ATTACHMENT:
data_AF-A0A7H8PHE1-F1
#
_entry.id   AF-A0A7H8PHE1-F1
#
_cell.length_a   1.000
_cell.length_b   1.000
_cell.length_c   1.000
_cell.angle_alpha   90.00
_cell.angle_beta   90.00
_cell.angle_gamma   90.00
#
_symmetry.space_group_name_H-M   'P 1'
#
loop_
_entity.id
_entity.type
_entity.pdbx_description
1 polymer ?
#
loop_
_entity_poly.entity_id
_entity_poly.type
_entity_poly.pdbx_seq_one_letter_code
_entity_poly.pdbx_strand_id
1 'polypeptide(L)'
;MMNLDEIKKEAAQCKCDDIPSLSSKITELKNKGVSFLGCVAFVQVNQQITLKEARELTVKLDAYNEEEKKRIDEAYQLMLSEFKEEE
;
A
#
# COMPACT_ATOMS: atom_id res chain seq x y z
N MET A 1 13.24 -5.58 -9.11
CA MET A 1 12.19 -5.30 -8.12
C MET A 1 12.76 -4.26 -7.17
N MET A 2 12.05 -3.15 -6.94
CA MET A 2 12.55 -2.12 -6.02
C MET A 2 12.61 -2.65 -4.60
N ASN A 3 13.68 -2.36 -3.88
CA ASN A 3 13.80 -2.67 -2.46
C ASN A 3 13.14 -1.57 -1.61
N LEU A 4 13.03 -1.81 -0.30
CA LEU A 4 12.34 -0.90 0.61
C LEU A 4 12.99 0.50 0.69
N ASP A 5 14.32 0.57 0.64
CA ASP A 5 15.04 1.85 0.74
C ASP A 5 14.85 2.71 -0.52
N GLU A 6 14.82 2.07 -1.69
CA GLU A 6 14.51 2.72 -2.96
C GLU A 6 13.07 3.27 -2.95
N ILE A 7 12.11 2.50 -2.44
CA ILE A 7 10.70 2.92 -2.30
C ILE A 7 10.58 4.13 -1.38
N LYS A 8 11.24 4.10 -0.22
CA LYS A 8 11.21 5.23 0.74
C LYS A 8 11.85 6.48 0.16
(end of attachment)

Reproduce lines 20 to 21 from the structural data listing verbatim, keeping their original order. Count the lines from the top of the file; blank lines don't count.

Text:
loop_
_entity_poly.entity_id